Mexico is famous for its muralist tradition. Think of the magnificent murals which sprung up from the 1920s onwards, particularly the work of Diego Rivera, José Clemente Orozco and David Alfaro Siqueiros. Anyone who’s ever visited Mexico City and seen the Palacio Nacional or Palacio de Bellas Artes amongst others, will know exactly what I mean. However, people have been painting on walls in Mexico since several thousand years before the country came into existence. The Baja California peninsula in particular has some of the finest examples of early rock art in the Americas.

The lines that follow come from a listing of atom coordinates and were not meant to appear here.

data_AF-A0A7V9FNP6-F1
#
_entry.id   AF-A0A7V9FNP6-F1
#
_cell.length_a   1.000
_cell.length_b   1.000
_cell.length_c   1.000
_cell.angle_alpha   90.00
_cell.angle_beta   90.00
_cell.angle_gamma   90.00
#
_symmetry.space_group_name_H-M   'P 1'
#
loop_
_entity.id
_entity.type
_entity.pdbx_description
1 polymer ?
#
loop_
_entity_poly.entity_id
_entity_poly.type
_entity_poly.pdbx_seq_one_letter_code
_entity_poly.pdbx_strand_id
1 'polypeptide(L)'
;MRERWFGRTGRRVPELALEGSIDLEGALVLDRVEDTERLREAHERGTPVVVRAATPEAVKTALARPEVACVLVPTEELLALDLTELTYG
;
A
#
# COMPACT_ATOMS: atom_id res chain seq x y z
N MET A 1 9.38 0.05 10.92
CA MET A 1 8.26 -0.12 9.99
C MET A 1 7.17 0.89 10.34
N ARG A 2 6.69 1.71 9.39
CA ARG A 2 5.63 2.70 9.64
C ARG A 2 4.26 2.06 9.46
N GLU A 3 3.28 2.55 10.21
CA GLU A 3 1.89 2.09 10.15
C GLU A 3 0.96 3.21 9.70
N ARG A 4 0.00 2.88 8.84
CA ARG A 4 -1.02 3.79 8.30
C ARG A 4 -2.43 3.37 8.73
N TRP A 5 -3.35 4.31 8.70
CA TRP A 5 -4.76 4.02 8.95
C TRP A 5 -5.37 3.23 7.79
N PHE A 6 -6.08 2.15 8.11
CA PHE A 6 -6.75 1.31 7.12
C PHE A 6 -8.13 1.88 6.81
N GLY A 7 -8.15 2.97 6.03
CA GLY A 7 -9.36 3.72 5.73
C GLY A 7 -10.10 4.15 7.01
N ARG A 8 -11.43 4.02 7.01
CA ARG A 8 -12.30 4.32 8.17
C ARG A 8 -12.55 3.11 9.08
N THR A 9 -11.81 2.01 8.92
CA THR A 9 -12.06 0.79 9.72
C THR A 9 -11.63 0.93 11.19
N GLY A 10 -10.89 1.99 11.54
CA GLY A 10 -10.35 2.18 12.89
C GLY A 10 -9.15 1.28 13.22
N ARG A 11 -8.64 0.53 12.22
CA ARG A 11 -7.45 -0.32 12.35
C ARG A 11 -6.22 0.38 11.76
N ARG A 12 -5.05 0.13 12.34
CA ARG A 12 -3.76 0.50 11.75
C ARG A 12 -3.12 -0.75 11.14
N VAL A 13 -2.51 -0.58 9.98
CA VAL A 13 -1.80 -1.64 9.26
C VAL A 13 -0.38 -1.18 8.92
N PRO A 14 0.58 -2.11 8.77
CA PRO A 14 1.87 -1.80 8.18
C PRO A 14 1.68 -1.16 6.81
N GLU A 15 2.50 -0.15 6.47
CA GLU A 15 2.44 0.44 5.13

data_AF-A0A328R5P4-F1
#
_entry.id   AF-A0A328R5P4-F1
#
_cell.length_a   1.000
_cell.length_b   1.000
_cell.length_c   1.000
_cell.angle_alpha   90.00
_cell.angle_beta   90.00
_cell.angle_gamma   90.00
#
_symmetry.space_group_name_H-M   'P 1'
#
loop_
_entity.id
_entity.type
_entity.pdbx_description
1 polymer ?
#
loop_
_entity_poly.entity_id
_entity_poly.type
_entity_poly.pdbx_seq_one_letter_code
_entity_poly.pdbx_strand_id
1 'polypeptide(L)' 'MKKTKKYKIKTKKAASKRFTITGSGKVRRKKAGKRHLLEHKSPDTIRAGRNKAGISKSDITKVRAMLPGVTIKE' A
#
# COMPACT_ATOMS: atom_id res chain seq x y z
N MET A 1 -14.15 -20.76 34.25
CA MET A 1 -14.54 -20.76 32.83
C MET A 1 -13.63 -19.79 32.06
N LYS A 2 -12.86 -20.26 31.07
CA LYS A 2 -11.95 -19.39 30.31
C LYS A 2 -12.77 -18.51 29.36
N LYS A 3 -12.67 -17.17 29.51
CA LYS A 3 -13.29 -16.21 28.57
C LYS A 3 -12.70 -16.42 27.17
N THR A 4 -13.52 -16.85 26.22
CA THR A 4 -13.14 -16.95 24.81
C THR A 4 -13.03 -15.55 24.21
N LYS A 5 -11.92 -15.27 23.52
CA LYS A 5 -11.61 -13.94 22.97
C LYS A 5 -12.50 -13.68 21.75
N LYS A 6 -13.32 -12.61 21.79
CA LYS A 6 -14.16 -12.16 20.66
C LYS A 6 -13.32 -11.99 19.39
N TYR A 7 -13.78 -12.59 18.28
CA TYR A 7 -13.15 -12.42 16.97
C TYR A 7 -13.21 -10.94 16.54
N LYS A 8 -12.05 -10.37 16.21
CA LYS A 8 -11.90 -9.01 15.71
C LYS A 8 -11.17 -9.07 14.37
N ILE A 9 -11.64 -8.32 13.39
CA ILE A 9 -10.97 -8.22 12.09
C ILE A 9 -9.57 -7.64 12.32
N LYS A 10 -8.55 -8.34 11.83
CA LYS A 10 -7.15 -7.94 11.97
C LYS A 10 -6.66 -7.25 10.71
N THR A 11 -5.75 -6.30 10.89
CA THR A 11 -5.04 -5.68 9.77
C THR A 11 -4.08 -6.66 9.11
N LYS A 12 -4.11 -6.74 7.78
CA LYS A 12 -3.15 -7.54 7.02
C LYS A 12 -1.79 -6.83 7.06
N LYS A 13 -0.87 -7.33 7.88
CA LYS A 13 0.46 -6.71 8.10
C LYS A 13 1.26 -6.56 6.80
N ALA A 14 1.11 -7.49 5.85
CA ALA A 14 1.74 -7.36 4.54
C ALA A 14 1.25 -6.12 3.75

The first sight of the Sea of Cortés on a southbound trip along the transpeninsular highway (Mex 1), Santa Rosalia certainly is a unique place. Founded by a French copper mining company in the 1880s, who then left in the 1950s, its architecture is like no other on the Baja California peninsula, and reminders of its French origins dominate the town. Whereas most settlements on the Cortés coast are associated with beautiful beaches and related aquatic activities (San Felipe, Bahia de Los Angeles to the north and Mulege, Loreto, La Paz, etc. to the south) Santa Rosalia has always been an industrial port with little concession to the diver, kayaker or fishing enthusiast. This difference from the norm does, however, make it a fascinating stopover on any transpeninsular tour.

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